She now has told her 11,000 agency colleagues that the much-needed scrutiny showed that the CDC, with its $12 billion budget, had become too ponderous, bureaucratic, and academic in its work, communicating too slowly, badly, and in confusing ways with its most important constituents: the American people. As the New York Times reported of Walensky’s blunt assessment of the suboptimal response to the pandemic that has killed more than 1 million and infected 93 million-plus of us:

covidnewcdcguideaug22-300x169Federal health officials have eased guidelines for most regular folks on how best to deal with the coronavirus pandemic, even as monkeypox cases and vaccination efforts for that viral illness keep increasing and the detection of once-controlled polio raises concern.

Indicators about the severity of the next influenza season also  worry experts.

With the coronavirus, the federal Centers for Disease Control and Prevention has shifted, putting “more of the onus on individuals, rather than on schools, businesses and other institutions to limit viral spread.” the Washington Post reported:

monkeypoxNIAID-300x259The worldwide struggle to contain a fast-spreading outbreak of monkeypox took on new urgency, with the World Health Organization declaring a global emergency and U.S. experts discussing whether the  viral infection is becoming yet another significant sexually transmitted disease that this country is ill-prepared to quell.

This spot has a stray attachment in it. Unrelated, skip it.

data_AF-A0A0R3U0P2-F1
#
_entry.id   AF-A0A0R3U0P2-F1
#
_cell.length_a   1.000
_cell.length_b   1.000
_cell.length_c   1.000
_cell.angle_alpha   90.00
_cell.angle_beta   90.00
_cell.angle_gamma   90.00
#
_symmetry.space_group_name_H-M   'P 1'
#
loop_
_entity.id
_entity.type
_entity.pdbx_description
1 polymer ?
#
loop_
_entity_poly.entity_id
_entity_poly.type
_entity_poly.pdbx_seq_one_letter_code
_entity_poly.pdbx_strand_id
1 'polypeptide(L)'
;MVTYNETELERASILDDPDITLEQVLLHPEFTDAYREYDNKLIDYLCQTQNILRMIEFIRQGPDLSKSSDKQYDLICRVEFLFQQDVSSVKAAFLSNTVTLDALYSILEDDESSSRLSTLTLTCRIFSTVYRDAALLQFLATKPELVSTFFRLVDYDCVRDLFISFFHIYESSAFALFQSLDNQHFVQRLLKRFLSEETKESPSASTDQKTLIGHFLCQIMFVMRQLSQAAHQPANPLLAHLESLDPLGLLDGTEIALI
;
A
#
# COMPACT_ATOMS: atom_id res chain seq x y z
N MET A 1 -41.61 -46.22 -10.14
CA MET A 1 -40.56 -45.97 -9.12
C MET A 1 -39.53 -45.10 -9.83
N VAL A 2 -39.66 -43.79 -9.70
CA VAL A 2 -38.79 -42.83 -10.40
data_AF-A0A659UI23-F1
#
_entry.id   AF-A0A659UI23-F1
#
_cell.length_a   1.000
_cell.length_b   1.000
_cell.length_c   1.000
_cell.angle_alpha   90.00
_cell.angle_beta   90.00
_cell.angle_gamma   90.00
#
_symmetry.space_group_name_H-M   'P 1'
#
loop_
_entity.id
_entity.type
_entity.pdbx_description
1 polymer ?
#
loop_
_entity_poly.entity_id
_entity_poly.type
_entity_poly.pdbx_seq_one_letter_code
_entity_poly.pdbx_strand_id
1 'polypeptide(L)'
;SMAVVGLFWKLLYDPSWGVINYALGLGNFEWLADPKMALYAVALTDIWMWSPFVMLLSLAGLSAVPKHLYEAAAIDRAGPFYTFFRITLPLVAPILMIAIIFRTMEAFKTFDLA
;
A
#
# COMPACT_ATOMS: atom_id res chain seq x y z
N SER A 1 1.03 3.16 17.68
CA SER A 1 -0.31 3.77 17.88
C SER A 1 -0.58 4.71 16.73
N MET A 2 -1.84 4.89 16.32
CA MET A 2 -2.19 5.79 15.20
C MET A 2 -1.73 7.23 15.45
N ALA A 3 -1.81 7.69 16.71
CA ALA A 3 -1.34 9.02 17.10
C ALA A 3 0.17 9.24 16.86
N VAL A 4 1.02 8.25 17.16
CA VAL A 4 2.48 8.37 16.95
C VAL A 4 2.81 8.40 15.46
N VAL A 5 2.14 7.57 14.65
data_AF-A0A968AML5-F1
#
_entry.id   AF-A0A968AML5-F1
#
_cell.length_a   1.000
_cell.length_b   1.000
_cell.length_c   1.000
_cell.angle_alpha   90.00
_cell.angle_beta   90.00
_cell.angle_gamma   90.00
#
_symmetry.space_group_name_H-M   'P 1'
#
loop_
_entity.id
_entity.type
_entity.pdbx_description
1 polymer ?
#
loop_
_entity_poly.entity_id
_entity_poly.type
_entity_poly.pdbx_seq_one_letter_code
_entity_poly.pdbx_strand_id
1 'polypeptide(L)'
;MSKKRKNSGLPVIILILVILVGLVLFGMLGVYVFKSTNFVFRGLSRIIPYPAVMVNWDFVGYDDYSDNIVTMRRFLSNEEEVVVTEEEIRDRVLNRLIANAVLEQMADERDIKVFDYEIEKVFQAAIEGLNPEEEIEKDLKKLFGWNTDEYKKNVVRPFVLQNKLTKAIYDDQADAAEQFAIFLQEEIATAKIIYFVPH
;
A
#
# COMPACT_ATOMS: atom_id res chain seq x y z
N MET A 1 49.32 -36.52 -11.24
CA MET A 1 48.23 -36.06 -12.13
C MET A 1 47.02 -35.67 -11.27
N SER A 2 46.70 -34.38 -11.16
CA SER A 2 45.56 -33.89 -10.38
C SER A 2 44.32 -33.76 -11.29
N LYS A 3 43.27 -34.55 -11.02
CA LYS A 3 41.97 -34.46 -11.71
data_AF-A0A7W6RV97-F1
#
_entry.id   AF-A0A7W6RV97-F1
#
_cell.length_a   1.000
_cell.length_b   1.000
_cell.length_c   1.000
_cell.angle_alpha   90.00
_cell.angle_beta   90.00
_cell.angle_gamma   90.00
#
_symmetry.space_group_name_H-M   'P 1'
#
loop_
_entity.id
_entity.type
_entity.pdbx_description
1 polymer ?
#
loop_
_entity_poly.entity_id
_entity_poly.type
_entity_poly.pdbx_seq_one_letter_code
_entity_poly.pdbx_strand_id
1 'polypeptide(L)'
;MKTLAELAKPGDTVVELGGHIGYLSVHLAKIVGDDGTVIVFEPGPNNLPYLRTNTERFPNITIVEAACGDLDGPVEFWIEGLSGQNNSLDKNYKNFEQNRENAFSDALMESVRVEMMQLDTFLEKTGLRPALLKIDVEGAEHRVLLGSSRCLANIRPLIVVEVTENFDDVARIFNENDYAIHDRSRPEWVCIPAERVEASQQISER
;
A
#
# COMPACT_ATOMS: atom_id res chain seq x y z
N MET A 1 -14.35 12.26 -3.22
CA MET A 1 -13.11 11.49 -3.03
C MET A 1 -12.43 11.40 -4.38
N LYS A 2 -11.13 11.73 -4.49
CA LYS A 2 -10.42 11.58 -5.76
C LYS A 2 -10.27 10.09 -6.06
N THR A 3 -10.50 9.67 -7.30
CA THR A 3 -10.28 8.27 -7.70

The WHO declaration, by WHO Director-General Tedros Adhanom Ghebreyesus, divided experts, some of whom were critical about the already pokey response to monkeypox or by others who said it was misguided.

Dr. Tedros conceded that the committee that advises him on global health emergencies had met twice, declining once to issue its alarm about the current monkeypox spread and then deadlocking on the issue. The WHO director used his authority to issue the emergency declaration, citing data showing that more than 16,500 cases have been reported in 75 countries.

candidanew-300x150With the coronavirus pandemic surging anew due to the highly infectious Omicron BA.5 variant, federal authorities reported recent data that should give Americans plenty of reason to heed public health warnings and avoid hospitalization if they possibly can.

That’s in part because institutions, overwhelmed by the pandemic, have taken giant steps backward in preventing patients in their care from acquiring nasty bacterial and fungal infections in addition to the coronavirus, and from overusing and misusing lifesaving antibiotics, further fueling the rise of virulent super bugs, the federal Centers for Disease Control and Prevention says. As the New York Times reported: